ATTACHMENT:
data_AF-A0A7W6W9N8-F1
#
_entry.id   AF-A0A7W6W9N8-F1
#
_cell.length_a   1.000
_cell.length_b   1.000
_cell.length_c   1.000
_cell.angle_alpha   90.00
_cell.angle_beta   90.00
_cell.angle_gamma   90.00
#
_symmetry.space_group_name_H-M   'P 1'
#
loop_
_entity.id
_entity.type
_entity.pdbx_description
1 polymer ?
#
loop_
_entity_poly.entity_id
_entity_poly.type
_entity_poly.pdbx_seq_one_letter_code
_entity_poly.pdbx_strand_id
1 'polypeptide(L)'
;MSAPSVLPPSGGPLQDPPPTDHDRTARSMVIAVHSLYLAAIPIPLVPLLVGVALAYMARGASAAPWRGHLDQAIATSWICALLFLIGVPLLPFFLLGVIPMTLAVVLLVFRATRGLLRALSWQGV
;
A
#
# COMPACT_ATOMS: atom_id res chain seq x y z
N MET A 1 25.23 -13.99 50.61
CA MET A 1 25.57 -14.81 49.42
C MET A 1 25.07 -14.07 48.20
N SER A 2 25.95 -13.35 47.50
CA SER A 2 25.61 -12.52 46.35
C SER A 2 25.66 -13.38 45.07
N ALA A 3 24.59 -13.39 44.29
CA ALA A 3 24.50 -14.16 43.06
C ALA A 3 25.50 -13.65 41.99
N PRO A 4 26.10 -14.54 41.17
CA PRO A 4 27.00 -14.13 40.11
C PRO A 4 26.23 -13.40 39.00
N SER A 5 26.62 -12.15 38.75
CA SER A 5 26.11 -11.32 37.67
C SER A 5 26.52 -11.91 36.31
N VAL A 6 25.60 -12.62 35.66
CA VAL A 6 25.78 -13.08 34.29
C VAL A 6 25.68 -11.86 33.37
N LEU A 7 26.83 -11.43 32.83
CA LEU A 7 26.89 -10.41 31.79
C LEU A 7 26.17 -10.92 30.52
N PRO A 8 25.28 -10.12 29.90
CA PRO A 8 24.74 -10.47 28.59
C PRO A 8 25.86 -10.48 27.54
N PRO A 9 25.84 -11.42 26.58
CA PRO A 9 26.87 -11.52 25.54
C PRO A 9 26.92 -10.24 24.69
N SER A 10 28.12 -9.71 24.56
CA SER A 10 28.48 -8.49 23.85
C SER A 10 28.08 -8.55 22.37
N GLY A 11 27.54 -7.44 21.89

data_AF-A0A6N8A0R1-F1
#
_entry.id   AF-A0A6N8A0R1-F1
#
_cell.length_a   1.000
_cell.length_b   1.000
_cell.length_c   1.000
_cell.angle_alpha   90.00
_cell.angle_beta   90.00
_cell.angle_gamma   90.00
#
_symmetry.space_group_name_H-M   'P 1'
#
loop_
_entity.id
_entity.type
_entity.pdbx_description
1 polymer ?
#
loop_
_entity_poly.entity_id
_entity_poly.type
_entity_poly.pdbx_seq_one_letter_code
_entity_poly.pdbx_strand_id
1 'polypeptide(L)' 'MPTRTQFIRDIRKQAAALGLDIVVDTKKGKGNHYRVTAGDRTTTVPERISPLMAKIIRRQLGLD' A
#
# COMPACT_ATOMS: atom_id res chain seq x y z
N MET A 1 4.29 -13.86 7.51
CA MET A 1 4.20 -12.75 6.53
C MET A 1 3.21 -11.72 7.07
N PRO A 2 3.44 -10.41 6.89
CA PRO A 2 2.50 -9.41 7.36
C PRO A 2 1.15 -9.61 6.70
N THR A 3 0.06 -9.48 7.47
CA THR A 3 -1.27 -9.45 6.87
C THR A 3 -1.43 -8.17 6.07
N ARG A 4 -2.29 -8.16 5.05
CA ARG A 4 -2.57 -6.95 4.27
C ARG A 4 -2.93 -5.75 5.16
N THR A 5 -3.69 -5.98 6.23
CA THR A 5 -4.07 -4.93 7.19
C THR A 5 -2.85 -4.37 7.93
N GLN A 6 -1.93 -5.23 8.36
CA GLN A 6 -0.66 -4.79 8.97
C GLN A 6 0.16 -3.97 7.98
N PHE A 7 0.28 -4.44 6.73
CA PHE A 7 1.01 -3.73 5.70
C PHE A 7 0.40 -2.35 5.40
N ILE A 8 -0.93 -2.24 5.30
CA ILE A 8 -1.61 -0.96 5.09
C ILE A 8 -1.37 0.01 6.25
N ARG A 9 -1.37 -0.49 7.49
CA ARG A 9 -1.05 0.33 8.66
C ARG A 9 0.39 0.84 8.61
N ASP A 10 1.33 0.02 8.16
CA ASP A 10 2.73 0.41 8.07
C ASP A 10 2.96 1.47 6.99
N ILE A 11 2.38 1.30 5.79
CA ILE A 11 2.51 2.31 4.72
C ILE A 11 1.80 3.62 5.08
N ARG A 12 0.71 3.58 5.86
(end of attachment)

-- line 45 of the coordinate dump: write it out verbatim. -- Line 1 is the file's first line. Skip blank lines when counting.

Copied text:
C SER A 5 26.52 -11.91 36.31